I suppose the fundamental difference here is that a transaction is an atomic thing already - it either makes sense as a whole against a value of db, or it doesn’t. Consequently, the job of the “do this”, “put some data here”, “put some data there” is to accumulate speculative changes in the form of data for a transaction.
with approach is arguably redundant here, as even if your
with calls have made sense against that value of the db locally, there’s no guarantee they will when you really transact them. It feels like a postgres-ism (or similar) that doesn’t really make sense in a datomic world.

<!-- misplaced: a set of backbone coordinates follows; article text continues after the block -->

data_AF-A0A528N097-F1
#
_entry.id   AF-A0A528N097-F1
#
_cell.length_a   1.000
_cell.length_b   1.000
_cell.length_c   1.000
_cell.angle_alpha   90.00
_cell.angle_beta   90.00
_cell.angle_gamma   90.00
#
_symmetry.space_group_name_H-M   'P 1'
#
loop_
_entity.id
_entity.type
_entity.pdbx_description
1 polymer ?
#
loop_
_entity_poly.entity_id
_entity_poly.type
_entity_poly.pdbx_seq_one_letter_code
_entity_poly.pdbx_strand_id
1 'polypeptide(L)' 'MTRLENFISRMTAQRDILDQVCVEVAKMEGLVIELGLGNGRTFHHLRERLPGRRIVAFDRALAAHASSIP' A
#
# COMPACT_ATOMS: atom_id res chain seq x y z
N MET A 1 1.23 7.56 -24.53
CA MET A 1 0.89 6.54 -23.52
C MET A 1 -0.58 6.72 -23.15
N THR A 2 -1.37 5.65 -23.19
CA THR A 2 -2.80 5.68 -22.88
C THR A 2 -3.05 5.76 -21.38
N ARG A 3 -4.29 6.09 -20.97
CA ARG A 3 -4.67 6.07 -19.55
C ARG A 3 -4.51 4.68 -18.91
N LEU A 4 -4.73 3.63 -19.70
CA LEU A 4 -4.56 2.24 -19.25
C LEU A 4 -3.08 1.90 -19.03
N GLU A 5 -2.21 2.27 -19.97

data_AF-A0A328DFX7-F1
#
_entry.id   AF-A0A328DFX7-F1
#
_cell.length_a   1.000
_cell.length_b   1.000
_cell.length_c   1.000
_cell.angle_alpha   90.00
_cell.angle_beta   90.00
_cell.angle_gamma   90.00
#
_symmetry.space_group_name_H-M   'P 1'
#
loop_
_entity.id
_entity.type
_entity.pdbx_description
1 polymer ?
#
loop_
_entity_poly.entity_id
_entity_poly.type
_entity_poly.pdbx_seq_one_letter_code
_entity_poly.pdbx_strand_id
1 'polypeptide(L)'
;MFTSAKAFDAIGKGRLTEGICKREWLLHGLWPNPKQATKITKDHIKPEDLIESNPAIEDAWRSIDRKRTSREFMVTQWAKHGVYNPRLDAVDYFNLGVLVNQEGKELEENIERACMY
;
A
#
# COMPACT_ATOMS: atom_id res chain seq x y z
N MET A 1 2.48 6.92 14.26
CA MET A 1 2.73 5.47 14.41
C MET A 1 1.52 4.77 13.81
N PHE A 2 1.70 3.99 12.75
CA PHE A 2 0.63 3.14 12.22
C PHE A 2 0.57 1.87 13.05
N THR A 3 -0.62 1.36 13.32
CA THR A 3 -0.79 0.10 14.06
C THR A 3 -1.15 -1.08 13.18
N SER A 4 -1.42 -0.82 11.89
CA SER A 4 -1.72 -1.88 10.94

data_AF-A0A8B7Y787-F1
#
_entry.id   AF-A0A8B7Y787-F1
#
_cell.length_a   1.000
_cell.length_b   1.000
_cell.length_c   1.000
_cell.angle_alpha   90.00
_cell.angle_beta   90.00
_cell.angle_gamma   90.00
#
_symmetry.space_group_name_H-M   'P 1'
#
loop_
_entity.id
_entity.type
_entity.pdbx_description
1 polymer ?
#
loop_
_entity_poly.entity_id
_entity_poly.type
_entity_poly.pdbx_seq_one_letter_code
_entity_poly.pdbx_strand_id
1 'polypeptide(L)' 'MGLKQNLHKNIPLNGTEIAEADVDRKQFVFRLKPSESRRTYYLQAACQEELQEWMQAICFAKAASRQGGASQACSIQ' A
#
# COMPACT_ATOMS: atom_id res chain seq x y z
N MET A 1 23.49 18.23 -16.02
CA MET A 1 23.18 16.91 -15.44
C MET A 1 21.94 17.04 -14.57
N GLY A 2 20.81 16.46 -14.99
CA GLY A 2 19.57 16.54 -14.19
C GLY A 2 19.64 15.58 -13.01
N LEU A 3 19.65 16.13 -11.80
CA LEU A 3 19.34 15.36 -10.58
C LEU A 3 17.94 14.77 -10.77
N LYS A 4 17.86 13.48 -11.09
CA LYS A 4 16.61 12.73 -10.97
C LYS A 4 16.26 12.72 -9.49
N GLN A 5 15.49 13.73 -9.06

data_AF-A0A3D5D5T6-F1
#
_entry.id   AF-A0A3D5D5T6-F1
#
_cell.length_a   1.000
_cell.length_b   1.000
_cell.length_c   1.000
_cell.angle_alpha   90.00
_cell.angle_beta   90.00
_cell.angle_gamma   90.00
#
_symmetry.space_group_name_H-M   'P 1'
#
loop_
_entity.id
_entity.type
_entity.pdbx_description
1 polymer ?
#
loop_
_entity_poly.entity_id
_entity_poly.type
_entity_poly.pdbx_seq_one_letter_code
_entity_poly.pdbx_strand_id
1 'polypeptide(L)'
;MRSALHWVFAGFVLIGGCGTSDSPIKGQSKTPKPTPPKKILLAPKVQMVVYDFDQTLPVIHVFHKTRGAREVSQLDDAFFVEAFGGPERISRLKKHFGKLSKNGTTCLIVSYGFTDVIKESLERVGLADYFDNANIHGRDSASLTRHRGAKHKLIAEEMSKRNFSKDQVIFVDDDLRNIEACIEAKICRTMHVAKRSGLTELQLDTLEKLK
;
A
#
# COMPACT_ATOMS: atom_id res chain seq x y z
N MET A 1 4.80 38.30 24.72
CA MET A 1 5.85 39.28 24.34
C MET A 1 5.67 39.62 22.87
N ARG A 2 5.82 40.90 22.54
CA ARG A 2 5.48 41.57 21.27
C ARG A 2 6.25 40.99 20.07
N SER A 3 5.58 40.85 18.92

For example, and as I guess you know, postgres has things like isolation levels, distributed locks etc to allow imperative sequences of calls to be treated as a reversible transaction (with a cost!), but that just doesn’t equate here.
About your point 2, creating and referencing entities in a transaction, this is why tempids exist, no?
On point 3, wouldn’t that throw due to conflicts in the transaction? That said, having to worry about asserting and retracting the same entity in the same transaction feels like something isn’t quite right in your data flow, and could be elided before submitting a transaction, or be an invariant, for example.